It is no exaggeration to say that America was founded on innovation. It’s right there in the Constitution, itself an invention, which empowers Congress to “promote the Progress of Science and useful Arts, by securing for limited Times to Authors and Inventors the exclusive Right to their respective Writings and Discoveries.”
“Our country was built on a culture of revolution and innovation,” is the way Art Molella puts it, and he should know. Molella is the founding director of the Smithsonian’s Lemelson Center for the Study of Invention and Innovation.
Molella, a historian of science, has an interesting history himself. He is the son of a General Electric engineer who tinkered with his own inventions at home in, yes, his garage. “We still parked the car in there, so you can guess how cramped it was,” says Molella. “My father loved gadgets and worked on all kinds—wraparound windshields, perpetual motion machines.”
Molella came to the Smithsonian to study the journals of Joseph Henry, the first Secretary, regarded in his time as the most important American scientist since Benjamin Franklin. Henry, who had claims to inventing the telegraph and the electric motor, helped define America’s early technological and scientific community. “The lone inventor was the great figure of American ingenuity then,” says Molella, “until the greatest American inventor, Thomas Edison, invented the research lab.”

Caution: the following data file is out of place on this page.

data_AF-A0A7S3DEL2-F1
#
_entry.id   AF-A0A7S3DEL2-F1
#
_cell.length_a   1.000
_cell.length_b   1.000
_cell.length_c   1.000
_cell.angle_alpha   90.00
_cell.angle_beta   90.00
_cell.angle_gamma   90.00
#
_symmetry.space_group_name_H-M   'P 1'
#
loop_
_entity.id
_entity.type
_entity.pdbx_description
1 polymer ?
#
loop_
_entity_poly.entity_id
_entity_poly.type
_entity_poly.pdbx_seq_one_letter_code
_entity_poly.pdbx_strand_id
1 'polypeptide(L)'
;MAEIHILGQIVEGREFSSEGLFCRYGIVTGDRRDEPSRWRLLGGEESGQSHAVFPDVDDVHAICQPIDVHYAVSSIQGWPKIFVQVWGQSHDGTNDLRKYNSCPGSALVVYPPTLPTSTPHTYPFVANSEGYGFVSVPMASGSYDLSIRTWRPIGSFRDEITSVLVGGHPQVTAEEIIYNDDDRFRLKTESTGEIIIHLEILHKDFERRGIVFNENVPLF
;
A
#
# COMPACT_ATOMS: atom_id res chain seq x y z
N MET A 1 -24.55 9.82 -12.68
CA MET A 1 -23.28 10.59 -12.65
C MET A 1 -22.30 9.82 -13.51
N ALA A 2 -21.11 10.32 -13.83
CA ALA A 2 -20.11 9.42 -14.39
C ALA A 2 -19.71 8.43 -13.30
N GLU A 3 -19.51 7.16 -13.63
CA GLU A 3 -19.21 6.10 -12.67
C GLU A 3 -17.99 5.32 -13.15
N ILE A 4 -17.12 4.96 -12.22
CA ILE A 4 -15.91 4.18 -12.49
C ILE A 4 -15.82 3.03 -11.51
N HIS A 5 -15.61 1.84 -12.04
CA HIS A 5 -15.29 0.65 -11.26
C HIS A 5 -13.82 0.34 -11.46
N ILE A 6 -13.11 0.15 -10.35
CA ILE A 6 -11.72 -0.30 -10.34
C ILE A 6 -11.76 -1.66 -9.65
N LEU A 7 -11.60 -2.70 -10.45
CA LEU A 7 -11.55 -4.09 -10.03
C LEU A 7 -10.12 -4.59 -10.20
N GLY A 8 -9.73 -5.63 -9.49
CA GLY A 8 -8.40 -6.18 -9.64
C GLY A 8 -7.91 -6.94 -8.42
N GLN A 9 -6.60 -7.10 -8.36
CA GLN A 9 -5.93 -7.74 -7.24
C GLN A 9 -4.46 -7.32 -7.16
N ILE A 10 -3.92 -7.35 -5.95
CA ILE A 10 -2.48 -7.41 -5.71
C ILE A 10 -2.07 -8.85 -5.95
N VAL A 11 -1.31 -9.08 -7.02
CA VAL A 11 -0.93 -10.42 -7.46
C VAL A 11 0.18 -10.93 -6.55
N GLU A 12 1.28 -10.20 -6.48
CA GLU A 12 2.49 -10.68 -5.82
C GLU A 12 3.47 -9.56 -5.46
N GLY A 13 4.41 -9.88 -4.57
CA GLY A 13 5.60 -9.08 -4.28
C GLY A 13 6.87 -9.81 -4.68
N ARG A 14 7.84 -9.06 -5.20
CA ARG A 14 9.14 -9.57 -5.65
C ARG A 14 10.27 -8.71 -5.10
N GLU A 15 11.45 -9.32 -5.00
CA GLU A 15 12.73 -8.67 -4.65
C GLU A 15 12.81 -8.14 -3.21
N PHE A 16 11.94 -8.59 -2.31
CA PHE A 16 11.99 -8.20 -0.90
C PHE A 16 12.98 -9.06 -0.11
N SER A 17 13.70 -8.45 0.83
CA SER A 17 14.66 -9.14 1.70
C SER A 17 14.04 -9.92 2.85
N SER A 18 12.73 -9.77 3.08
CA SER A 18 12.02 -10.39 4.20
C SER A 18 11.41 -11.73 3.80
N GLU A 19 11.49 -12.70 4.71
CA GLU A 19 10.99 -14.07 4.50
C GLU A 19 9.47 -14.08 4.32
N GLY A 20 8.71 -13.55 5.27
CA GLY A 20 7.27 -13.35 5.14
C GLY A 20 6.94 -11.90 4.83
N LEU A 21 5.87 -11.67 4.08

The great research labs—GE, Bell, Kodak, DuPont—dominated innovation in the 20th century. But in the 1990s Molella saw the paradigm shifting again with the rise of the digital world. That’s when he came up with his own invention. “I was meeting with the inventor Jerry Lemelson,” Molella recalls, “and he was very concerned that America was losing its edge. So I proposed a place to document, celebrate and promote invention.” Since then the Lemelson Center has held exhibitions on “Toying with Invention,” “Invention at Play” and Spark! Lab, a popular hands-on children’s workshop. “Lemelson was a serious inventor, with over 600 patents, but he always valued the role of play,” says Molella. “His first patented invention was a beanie with a propeller on top that you spun by blowing into a tube.”
With all this history at the Smithsonian, it seemed appropriate for us to invent something of our own—an issue devoted to American ingenuity. We polled the brain trust of the Smithsonian to identify the most innovative individuals working in America today. To make sure we were skating on the cutting edge, we asked for candidates who had achieved a breakthrough that was influential and recent—ideally within the past year.
We commissioned the groundbreaking architect Thom Mayne to create our award, a new Oscar for innovation. And we added the ingenious technology of augmented reality, so that each of our winners can come alive on your smartphone or tablet.
We hope you’ll enjoy this issue and maybe even be inspired to wander out to your garage. After all, that perpetual motion machine has yet to be invented.
Michael Caruso, Editor in Chief